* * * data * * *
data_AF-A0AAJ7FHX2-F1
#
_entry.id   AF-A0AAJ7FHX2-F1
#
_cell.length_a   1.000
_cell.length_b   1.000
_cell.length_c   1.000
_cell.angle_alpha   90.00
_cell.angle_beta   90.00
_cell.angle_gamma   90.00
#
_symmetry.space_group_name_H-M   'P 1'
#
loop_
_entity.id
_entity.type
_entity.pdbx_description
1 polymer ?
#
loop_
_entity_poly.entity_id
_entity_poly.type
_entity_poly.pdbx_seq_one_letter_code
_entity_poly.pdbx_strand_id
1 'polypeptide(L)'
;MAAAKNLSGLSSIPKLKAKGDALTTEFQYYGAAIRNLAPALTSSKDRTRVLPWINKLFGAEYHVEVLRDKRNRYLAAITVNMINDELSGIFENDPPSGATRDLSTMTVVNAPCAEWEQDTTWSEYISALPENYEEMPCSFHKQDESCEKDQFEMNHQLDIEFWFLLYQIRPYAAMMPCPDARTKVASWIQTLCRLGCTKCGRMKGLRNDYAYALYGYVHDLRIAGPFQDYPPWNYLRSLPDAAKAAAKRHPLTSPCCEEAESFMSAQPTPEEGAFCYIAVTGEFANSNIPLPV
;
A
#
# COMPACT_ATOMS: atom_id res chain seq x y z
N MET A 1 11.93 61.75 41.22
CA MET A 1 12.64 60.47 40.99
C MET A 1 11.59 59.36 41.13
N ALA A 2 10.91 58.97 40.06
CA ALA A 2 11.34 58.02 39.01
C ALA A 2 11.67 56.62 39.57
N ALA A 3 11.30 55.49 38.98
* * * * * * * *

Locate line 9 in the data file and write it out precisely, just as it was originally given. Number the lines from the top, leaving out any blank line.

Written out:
_cell.angle_beta   90.00